Archive for the 'Cardiovascular Disease' Category
April 8th, 2010 by Nina Thompson, ARNP
Being overweight increases the risk of ischemic stroke by 22%, while being obese increases the risk 64%, according to Italian Researchers from the University of Naples Medical School. In their 2010 study of almost 2.3 million people, the researchers found that being overweight and obese independently affected stroke risk.
One possible reason for this, one of the researchers told Reuters, is that fat cells can secrete unhealthy substances that promote inflammation and contribute to hardening of the arteries and blood clotting.
Source: “Being overweight ups stroke risk, study confirms”, Reuters Health, April 5, 2010
More Information: Control weight gain with exercise
March 31st, 2010 by Nina Thompson, ARNP
Treatment with a certain type of blood pressure medication has been associated with better outcomes in breast cancer, according to British researchers from the Nottingham University Hospital in England.
Based on their review of 466 medical records of breast cancer patients, those taking blood pressure medication referred to as beta blockers, had a 71% reduction in the risk of breast cancer-specific death. Also, there was a 57% reduction in the risk of distant metastasis, compared with patients on other antihypertensive agents or no antihypertensive therapy.
The findings of this study add to previous research suggesting that drugs of this type might have anticancer activity. In one study of patients with cardiovascular disease, there was a significant reduction in total cancer incidence among patients treated with beta blockers versus those on other antihypertensive medications. In another study, prostate cancer was found to be significantly reduced in patients treated with alpha-1 blockers.
These findings are very compelling, but more research in this area is needed before any definite conclusions can be made.
Source: Powe DG, et al “Beta-blocker treatment is associated with a reduction in tumor metastasis and an improvement in specific survival in patients with breast cancer” EBCC 2010; Abstract 445.
Source: “EBCC: Beta-Blocker Role in Breast Cancer Examined ”, MedPage Today, March 30, 2010
March 23rd, 2010 by Nina Thompson, ARNP
The Mediterranean diet, with its emphasis on consumption of olive oil, legumes, fish, vegetables, fruits and whole grains may help protect against major depression, according to Spanish researchers from the University of Las Palmas de Gran Canaria.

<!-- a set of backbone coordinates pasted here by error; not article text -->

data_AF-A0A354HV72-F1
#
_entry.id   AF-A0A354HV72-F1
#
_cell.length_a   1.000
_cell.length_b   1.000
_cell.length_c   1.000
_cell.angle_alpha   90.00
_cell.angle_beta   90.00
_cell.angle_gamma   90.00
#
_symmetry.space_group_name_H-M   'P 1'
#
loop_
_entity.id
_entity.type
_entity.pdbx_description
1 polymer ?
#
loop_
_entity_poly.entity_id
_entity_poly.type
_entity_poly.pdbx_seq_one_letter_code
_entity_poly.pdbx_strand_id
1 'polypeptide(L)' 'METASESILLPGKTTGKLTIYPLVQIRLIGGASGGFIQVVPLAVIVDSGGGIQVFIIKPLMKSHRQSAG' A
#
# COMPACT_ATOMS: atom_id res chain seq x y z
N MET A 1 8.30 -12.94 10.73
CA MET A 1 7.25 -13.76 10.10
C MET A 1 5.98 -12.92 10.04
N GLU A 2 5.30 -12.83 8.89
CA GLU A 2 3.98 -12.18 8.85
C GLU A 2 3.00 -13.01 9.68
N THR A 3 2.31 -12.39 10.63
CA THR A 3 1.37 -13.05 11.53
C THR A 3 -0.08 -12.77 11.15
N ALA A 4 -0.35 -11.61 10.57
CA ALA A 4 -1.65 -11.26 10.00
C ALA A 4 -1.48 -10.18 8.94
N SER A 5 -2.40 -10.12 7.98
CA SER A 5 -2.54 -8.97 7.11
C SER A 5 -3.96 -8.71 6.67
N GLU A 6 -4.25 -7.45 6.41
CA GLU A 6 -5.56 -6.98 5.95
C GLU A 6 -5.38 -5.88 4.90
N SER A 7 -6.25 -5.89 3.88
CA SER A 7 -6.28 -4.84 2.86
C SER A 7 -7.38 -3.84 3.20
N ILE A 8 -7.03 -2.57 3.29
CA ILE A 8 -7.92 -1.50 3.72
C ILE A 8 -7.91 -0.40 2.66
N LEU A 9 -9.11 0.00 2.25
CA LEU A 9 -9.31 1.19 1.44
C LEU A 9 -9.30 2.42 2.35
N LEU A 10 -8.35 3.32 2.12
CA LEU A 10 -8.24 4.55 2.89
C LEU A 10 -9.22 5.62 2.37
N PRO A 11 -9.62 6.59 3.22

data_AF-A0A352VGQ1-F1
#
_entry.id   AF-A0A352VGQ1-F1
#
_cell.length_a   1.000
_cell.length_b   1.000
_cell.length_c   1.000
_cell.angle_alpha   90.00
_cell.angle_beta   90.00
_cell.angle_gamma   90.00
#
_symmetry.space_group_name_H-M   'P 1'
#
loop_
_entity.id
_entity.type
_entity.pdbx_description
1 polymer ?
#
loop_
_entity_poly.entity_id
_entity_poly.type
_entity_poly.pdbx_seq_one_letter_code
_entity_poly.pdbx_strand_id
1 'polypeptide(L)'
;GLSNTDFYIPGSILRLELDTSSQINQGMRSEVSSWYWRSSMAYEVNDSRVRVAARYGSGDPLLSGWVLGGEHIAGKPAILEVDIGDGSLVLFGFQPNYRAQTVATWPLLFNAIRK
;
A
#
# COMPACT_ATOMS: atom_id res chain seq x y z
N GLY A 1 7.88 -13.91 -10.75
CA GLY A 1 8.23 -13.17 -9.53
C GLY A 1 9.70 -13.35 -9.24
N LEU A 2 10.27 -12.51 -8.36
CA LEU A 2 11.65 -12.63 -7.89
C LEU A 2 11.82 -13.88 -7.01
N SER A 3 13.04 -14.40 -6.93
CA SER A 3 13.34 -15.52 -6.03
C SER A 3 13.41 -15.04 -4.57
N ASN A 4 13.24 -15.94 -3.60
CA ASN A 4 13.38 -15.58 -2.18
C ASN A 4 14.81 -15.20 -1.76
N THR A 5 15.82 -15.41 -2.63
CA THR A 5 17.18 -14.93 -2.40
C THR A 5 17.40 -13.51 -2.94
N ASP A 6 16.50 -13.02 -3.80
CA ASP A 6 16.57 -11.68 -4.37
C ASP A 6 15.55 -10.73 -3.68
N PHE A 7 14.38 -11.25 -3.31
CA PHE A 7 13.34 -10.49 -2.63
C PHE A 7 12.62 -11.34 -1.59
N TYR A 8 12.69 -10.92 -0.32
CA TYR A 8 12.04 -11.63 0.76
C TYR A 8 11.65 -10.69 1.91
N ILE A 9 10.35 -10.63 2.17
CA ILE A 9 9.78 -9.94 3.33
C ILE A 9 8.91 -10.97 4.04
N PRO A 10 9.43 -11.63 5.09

In this 2009 study, participants were scored on their dietary practices and categorized according to their adherence to the Mediterranean Diet. Those in the highest category of adherence to the Diet were found to be the least likely to develop depression, whereas those in the lowest category were the most likely.
The Mediterranean diet is based on a high ratio of monounsaturated to saturated fatty acids, a high intake of legumes, cereal, fruits and nuts, vegetables, and fish, moderate intake of alcohol and dairy products, and low intake of meat.
A growing body of literature is reporting the benefits of the Mediterranean Diet with respect to Cardiovascular Disease, Cancer, Cognitive Decline, Parkinson’s Disease, Erectile Dysfunction, and Type 2 Diabetes.
More Information: Depression
Source: “Mediterranean Diet May Protect Against Depression”, MedPage Today, October 5, 2009
Source: ”Mediterranean Diet Protects Against Stomach Cancer”, Reuters, January 15, 2010
March 17th, 2010 by Nina Thompson, ARNP
A recent study from the Intermountain Medical Center Heart Institute in Murray, Utah has found that people who increase their vitamin D blood levels to 43 or higher may lower their risk of diabetes, heart attack, heart failure, high blood pressure and heart disease.
Heralded as “One of the Top 10 Medical Breakthroughs of 2007″, Vitamin D continues to surface in new research as a critical nutrient in maintaining good health and preventing disease, yet almost half of the world’s population has lower than optimal levels of vitamin D.
It is well known that hip fractures and muscle weakness, in people over 50, are linked with a deficiency in Vitamin D. Many recent studies have also found that low Vitamin D levels are associated with a number of serious, chronic diseases, such as diabetes, gum disease, multiple sclerosis and other autoimmune diseases, peripheral neuropathy, osteoporosis, cancer, stroke, mental decline, depression, high blood pressure and heart disease.
A Vitamin D deficiency can be treated with a simple daily supplement and a blood test can measure the circulating Vitamin D levels in your blood. A level of 30 nanograms per milliliter of vitamin D is considered normal, although this may vary from lab to lab.